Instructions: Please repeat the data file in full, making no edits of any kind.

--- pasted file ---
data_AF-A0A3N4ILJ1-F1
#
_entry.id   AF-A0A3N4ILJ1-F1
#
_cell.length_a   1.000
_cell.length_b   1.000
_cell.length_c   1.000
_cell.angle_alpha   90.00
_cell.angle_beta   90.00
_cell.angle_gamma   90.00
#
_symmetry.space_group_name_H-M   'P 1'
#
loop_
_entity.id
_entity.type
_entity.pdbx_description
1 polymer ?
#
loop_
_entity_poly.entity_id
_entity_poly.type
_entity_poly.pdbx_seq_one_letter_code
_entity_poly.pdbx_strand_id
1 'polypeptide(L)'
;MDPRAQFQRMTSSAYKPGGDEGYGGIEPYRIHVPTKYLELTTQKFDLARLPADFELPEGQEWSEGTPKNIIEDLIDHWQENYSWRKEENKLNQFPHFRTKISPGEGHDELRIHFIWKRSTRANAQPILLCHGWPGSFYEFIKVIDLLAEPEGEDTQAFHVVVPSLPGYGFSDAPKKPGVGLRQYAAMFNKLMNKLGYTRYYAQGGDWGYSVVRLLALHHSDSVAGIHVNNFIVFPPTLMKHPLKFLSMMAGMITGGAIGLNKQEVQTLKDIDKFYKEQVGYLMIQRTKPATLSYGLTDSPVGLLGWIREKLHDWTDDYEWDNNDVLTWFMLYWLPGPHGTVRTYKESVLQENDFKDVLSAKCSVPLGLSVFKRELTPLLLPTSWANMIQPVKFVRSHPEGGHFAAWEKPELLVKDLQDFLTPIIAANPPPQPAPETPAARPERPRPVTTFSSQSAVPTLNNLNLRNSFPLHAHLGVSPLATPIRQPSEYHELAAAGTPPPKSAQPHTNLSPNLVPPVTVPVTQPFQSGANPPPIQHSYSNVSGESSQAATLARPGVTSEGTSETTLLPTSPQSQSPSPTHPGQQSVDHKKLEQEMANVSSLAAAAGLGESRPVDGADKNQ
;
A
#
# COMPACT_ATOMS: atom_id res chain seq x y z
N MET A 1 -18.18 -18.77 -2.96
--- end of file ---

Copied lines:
data_AF-A0A3N4ILJ1-F1
#
_entry.id   AF-A0A3N4ILJ1-F1
#
_cell.length_a   1.000
_cell.length_b   1.000
_cell.length_c   1.000
_cell.angle_alpha   90.00
_cell.angle_beta   90.00
_cell.angle_gamma   90.00
#
_symmetry.space_group_name_H-M   'P 1'
#
loop_
_entity.id
_entity.type
_entity.pdbx_description
1 polymer ?
#
loop_
_entity_poly.entity_id
_entity_poly.type
_entity_poly.pdbx_seq_one_letter_code
_entity_poly.pdbx_strand_id
1 'polypeptide(L)'
;MDPRAQFQRMTSSAYKPGGDEGYGGIEPYRIHVPTKYLELTTQKFDLARLPADFELPEGQEWSEGTPKNIIEDLIDHWQENYSWRKEENKLNQFPHFRTKISPGEGHDELRIHFIWKRSTRANAQPILLCHGWPGSFYEFIKVIDLLAEPEGEDTQAFHVVVPSLPGYGFSDAPKKPGVGLRQYAAMFNKLMNKLGYTRYYAQGGDWGYSVVRLLALHHSDSVAGIHVNNFIVFPPTLMKHPLKFLSMMAGMITGGAIGLNKQEVQTLKDIDKFYKEQVGYLMIQRTKPATLSYGLTDSPVGLLGWIREKLHDWTDDYEWDNNDVLTWFMLYWLPGPHGTVRTYKESVLQENDFKDVLSAKCSVPLGLSVFKRELTPLLLPTSWANMIQPVKFVRSHPEGGHFAAWEKPELLVKDLQDFLTPIIAANPPPQPAPETPAARPERPRPVTTFSSQSAVPTLNNLNLRNSFPLHAHLGVSPLATPIRQPSEYHELAAAGTPPPKSAQPHTNLSPNLVPPVTVPVTQPFQSGANPPPIQHSYSNVSGESSQAATLARPGVTSEGTSETTLLPTSPQSQSPSPTHPGQQSVDHKKLEQEMANVSSLAAAAGLGESRPVDGADKNQ
;
A
#
# COMPACT_ATOMS: atom_id res chain seq x y z
N MET A 1 -18.18 -18.77 -2.96